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Desolation Angels Relié – 1966
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THOSE AFTERNOONS, those lazy afternoons, when I used to sit, or lie down, on Desolation Peak, sometimes on the alpine grass, hundreds of miles of snowcovered rock all around, looming Mount Hozomeen on my north, vast snowy Jack to the south, Lire la première page
Couverture | Copyright | Table des matières | Extrait | Quatrième de couverture
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Desolation Angels is the book for the second group of people. It is tortuous at times-- like his solitude atop the mountain staring Hozomeen in the face every morning which reveals Kerouac's own struggle to deal with himself and his past. But I believe among all of his novels it is the most rewarding. The book takes us to all of his major haunts- London, New York, San Fran, Paris, the Mediterranean- with many of his closest friends - Neal, Allen, Williams S. Burroughs, Joyce. There's even a small part where Kerouac is face to face with Salvador Dali.
If you are looking for Kerouac-the-humanist at his best- this is the novel for you. Where the novel lacks in adventure (On the Road) and joyous affirmation (Dharma Bums) it makes up in sheer descriptive character study and sad observation, of a man trying to grapple with what he sees as the emptiness of all things, and the reality of his own personal struggles with life, love, and death.
In this book Jack goes on the road (with Mom), has sex with a fourteen year old mexican prostitute, meets up with a Neal (Cody) whom is a far fly from his On the Road days and is tied down with a wife + three kids and a job, meets Salidore Dali + William Carlos WIlliams + Carl Sandburg, gets his book published, is constantly compulsively depressed, has a paradigmatic consciousness flip after a huge dose of opium, meets up with junkie Burroughs in Tangiers (whom is lovelorn over Ginsburg), and kicks Buddhism down a notch for a more hardcore return to Christianity.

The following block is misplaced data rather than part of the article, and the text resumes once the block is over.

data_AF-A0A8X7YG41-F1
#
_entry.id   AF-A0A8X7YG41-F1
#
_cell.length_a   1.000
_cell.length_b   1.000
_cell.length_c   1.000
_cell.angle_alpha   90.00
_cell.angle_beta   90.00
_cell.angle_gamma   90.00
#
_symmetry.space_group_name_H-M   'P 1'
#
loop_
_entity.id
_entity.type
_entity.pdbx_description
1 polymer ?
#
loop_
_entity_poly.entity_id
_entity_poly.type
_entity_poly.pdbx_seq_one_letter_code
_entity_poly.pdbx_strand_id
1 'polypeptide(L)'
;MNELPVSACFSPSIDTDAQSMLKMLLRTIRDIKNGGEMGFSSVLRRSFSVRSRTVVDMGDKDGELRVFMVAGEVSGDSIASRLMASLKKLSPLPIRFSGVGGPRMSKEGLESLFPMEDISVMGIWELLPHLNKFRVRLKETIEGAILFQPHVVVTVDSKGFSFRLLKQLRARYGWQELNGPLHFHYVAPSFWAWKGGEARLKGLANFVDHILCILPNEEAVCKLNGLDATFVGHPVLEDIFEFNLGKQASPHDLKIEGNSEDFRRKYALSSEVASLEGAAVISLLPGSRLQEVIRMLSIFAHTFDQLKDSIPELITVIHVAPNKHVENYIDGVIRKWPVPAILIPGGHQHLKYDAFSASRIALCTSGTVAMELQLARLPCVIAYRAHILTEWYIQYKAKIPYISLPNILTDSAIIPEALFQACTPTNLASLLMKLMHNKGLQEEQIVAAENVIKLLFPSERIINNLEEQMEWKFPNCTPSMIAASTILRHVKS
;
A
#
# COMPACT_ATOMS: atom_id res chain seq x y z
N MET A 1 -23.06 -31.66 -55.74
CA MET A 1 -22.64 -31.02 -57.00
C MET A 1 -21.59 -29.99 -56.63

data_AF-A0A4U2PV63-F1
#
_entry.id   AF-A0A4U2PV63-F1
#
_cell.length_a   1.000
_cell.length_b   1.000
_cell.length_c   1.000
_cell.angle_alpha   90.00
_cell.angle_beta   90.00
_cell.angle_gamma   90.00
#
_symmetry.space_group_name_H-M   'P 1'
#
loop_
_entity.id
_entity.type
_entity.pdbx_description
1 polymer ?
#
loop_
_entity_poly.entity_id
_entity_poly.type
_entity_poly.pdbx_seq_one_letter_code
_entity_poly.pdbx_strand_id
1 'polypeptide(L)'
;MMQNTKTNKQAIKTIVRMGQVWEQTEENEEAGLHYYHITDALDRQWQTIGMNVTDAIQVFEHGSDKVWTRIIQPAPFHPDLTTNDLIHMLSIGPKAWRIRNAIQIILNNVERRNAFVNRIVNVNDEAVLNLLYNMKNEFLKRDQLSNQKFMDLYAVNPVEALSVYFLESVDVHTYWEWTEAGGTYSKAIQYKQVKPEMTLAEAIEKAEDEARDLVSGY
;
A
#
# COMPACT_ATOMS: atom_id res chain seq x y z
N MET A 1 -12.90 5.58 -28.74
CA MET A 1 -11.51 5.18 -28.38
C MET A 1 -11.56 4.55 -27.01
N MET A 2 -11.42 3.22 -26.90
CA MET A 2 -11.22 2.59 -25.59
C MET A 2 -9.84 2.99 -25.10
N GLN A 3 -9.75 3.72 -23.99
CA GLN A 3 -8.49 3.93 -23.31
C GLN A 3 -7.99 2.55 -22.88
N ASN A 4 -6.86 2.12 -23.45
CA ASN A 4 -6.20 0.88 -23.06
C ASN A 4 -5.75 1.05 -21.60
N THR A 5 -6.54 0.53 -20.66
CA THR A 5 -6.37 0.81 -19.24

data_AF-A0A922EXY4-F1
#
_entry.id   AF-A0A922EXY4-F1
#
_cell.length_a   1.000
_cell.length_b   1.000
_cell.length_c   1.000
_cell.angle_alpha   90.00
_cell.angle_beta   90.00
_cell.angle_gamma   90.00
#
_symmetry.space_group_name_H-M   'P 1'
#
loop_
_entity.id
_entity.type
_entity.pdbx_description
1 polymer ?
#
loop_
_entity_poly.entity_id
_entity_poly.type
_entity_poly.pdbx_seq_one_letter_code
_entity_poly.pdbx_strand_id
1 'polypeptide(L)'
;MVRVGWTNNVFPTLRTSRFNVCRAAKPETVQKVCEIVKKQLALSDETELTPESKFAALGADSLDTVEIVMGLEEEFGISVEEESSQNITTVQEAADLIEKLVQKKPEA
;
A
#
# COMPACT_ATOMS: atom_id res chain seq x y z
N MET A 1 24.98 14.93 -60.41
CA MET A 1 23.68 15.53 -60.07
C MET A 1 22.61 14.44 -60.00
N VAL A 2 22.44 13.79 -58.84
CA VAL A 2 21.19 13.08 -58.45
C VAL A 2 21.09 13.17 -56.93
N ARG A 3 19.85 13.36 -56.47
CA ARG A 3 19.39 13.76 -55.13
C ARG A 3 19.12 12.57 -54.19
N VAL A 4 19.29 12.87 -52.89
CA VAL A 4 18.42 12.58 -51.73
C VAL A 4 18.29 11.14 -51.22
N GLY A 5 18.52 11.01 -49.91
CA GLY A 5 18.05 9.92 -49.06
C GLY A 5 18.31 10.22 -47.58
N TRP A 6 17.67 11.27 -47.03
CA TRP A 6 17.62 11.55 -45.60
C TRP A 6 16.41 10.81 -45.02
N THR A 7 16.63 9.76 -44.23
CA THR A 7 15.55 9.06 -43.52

As others have noted, this book follows directly after the Dharma Bums and that book should be read first. What follows is Jack's experiences on the mountain which, contrary to his expectations in Dharma Bums, is almost like a nightmare prison sentence.
After he leaves the mountain, we enter into the first half of the book (his return to California), which is a bit ponderous and slow (but never boring). We are treated to a tortureous description of his day of betting at a race track with Neal and Corso.
The book picks up speed bigtime when he goes back on the road and then travels internationally.
His prose is brilliant and poetic and his observations remarkable and I think this book is brilliant; but it is also tremendously sad, deeply frusterated and lost, spiritually drained and destitute, and there is little ecstacy to be had. By the end of the book, and with the return of his compulsive obsession with Christianity, one can really sense the beginning of his psychosis and alcoholism and mommy obsession which would spell his death by age fourty seven.
I'm not sure to whom this book should be recommended- for I'm not sure whom would care about this descent of an icon for joy. It should definetly be read by those whom have read On the Road and the Dharma Bums, but also by those whom think that the counter cultural movements were all done by joy seeking thrill addicts without a care in the world. After reading this book, it would seem that caring is something that was not is short supply amongst these bands of fellow travelers on the way.